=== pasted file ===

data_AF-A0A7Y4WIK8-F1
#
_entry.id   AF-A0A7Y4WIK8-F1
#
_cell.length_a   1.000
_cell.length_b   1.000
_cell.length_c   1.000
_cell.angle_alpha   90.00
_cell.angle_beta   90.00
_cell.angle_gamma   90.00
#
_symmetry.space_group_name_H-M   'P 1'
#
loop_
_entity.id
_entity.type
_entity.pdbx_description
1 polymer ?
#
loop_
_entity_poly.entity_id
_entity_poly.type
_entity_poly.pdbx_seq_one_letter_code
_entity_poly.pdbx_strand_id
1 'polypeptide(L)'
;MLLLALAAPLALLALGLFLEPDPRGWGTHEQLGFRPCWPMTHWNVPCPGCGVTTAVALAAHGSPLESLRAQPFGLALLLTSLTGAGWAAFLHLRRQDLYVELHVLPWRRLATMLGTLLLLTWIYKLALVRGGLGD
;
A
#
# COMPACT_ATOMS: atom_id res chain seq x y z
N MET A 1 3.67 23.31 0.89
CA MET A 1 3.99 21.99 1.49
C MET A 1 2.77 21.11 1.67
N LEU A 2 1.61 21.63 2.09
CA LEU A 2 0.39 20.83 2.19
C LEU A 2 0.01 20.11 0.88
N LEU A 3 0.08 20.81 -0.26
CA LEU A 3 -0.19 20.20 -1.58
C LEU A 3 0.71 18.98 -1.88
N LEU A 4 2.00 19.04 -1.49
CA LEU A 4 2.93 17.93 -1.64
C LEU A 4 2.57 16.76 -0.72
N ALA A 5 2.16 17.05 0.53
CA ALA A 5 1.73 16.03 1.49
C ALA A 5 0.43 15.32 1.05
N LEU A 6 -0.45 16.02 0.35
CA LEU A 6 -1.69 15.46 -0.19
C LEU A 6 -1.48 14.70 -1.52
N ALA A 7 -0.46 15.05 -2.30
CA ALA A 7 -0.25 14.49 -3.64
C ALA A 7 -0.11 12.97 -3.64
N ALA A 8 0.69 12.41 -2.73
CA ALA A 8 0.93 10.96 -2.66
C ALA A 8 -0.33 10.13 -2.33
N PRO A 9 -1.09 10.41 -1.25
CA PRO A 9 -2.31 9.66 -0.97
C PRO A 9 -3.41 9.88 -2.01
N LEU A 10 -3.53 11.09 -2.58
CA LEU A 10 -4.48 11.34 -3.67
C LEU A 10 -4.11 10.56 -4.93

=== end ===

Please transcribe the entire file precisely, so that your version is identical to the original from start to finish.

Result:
data_AF-A0A7Y4WIK8-F1
#
_entry.id   AF-A0A7Y4WIK8-F1
#
_cell.length_a   1.000
_cell.length_b   1.000
_cell.length_c   1.000
_cell.angle_alpha   90.00
_cell.angle_beta   90.00
_cell.angle_gamma   90.00
#
_symmetry.space_group_name_H-M   'P 1'
#
loop_
_entity.id
_entity.type
_entity.pdbx_description
1 polymer ?
#
loop_
_entity_poly.entity_id
_entity_poly.type
_entity_poly.pdbx_seq_one_letter_code
_entity_poly.pdbx_strand_id
1 'polypeptide(L)'
;MLLLALAAPLALLALGLFLEPDPRGWGTHEQLGFRPCWPMTHWNVPCPGCGVTTAVALAAHGSPLESLRAQPFGLALLLTSLTGAGWAAFLHLRRQDLYVELHVLPWRRLATMLGTLLLLTWIYKLALVRGGLGD
;
A
#
# COMPACT_ATOMS: atom_id res chain seq x y z
N MET A 1 3.67 23.31 0.89
CA MET A 1 3.99 21.99 1.49
C MET A 1 2.77 21.11 1.67
N LEU A 2 1.61 21.63 2.09
CA LEU A 2 0.39 20.83 2.19
C LEU A 2 0.01 20.11 0.88
N LEU A 3 0.08 20.81 -0.26
CA LEU A 3 -0.19 20.20 -1.58
C LEU A 3 0.71 18.98 -1.88
N LEU A 4 2.00 19.04 -1.49
CA LEU A 4 2.93 17.93 -1.64
C LEU A 4 2.57 16.76 -0.72
N ALA A 5 2.16 17.05 0.53
CA ALA A 5 1.73 16.03 1.49
C ALA A 5 0.43 15.32 1.05
N LEU A 6 -0.45 16.02 0.35
CA LEU A 6 -1.69 15.46 -0.19
C LEU A 6 -1.48 14.70 -1.52
N ALA A 7 -0.46 15.05 -2.30
CA ALA A 7 -0.25 14.49 -3.64
C ALA A 7 -0.11 12.97 -3.64
N ALA A 8 0.69 12.41 -2.73
CA ALA A 8 0.93 10.96 -2.66
C ALA A 8 -0.33 10.13 -2.33
N PRO A 9 -1.09 10.41 -1.25
CA PRO A 9 -2.31 9.66 -0.97
C PRO A 9 -3.41 9.88 -2.01
N LEU A 10 -3.53 11.09 -2.58
CA LEU A 10 -4.48 11.34 -3.67
C LEU A 10 -4.11 10.56 -4.93